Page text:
Technical efficiency of small-scale fishing households in Tanzanian coastal villages: an empirical analysis
AbstractThe effort to conserve fisheries resources and improve the welfare of small-scale fishing households is an important objective of poverty reduction strategies in Tanzania. The success of such strategies depends on both the diversity and the level of efficiency within small-scale fishing households. This paper examines the technical efficiency of Tanzanian small-scale fishing households, based on data from two coastal villages located near Bagamoyo and Zanzibar, using a stochastic frontier model with technical inefficiency. The estimated mean technical efficiency of small-scale fishing households was 52%, showing that they were operating far below optimum efficiency. The efficiency of individual fishing households was positively associated with fishing experience, size of farming land, distance to the fishing ground and potential market integration; it was negatively related to non-farm employment and bigger household sizes. Future policies aimed at conservation and development in fishing communities should provide mechanisms that improve the access of small-scale fishing households to less-destructive fishing tools (via the provision of credit facilities) and to markets, as well as the creation of new employment opportunities in other sectors. In addition, measures which check the use of illegal fishing gear, overcapitalisation and open-access problems should be considered.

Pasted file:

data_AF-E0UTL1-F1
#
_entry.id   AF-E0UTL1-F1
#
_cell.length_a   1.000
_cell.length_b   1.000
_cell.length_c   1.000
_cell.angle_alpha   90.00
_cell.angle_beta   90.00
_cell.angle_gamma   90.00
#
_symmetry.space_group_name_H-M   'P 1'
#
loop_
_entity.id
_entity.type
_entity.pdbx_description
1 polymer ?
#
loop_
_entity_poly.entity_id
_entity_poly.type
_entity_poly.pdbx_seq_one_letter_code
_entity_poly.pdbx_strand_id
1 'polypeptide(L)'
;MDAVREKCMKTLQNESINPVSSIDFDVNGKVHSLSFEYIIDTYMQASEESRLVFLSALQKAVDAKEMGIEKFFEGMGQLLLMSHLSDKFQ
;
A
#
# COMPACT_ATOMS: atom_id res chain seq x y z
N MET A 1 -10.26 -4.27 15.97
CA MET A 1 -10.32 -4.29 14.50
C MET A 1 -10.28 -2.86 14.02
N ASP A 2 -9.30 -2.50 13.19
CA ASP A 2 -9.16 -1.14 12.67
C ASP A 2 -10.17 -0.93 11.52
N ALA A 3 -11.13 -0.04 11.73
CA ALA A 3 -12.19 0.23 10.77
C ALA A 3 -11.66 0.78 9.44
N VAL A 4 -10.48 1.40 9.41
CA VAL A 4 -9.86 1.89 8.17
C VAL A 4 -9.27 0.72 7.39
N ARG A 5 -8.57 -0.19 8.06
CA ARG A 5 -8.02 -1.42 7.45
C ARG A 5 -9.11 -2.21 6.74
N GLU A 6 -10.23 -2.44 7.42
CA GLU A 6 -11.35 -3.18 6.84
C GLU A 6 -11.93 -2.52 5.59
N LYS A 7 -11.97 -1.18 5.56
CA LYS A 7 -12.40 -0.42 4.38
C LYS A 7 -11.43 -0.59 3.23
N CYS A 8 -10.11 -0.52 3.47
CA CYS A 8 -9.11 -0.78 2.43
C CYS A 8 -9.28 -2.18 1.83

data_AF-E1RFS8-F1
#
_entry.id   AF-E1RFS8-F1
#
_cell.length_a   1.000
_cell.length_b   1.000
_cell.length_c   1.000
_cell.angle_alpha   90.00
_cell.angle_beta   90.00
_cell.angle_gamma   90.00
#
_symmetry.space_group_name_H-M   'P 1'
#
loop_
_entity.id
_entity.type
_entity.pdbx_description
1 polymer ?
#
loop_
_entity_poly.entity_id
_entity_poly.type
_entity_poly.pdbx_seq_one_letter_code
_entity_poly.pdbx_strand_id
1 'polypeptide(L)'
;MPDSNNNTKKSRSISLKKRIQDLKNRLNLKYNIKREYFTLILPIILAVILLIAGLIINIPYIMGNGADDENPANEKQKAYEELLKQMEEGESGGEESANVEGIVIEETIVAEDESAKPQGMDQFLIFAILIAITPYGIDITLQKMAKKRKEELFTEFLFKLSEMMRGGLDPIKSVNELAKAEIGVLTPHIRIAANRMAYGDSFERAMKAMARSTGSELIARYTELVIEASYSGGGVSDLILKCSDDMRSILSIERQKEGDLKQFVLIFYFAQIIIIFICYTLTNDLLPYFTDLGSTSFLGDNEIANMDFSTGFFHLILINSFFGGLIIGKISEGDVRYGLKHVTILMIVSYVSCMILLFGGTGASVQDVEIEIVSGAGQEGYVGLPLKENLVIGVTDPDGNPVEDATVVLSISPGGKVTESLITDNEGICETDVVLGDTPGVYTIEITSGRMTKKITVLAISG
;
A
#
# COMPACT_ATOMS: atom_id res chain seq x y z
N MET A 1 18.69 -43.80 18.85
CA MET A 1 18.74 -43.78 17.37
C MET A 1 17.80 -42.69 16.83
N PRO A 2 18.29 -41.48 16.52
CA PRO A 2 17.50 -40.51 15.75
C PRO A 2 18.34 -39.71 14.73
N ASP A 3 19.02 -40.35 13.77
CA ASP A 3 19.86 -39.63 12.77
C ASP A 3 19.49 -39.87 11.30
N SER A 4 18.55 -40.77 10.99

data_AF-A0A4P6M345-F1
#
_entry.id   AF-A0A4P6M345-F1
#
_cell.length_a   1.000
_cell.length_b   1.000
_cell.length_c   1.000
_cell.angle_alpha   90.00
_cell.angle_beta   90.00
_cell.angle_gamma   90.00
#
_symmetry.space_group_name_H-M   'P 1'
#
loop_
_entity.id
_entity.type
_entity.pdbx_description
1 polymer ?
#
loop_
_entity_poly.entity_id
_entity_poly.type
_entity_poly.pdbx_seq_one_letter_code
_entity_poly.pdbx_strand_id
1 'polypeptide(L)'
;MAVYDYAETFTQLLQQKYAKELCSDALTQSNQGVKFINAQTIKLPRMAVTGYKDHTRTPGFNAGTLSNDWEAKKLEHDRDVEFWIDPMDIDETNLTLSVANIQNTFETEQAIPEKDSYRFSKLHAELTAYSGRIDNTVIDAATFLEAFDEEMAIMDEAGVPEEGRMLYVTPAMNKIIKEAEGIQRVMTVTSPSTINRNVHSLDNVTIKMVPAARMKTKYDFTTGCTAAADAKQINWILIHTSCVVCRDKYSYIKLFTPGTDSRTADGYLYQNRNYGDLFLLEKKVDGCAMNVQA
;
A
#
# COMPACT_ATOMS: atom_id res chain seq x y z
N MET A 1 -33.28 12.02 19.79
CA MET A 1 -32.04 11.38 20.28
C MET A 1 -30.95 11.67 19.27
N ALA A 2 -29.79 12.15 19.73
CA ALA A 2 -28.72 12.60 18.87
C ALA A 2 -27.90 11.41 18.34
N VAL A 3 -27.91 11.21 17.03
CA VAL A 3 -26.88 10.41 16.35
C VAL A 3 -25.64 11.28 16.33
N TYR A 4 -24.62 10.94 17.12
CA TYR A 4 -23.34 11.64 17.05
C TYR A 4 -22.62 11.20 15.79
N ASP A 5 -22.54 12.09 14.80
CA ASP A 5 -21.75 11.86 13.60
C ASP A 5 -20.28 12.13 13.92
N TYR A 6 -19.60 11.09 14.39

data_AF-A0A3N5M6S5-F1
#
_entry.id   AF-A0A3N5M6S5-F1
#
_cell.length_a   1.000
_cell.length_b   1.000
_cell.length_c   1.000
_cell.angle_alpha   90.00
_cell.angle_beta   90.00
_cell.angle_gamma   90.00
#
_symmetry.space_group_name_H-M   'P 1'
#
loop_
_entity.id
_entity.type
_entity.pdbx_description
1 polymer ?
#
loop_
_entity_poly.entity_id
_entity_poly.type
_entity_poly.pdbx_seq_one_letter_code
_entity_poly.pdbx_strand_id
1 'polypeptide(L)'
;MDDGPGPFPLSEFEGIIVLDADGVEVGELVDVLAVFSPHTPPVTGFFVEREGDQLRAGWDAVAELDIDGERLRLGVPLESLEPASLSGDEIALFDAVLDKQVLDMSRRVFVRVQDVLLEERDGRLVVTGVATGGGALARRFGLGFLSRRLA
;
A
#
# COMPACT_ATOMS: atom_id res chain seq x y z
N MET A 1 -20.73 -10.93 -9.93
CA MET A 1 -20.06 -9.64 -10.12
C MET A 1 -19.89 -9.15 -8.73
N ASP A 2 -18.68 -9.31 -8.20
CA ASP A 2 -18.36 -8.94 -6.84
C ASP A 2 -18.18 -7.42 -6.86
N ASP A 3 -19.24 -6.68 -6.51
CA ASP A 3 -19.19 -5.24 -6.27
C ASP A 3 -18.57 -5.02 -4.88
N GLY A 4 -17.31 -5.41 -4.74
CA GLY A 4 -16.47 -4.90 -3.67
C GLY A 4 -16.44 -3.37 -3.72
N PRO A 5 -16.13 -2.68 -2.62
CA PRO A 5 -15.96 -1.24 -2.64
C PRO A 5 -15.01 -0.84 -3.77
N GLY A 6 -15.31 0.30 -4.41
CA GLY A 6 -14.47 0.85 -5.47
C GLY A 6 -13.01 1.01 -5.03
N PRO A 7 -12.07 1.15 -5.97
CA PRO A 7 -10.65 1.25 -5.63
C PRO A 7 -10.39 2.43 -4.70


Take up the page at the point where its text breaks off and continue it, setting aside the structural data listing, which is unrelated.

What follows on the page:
Keywords: coastal areas, fisheries development, policy development, socio-economic factors, stochastic production frontier
African Journal of Aquatic Science 2007, 32(1): 51–61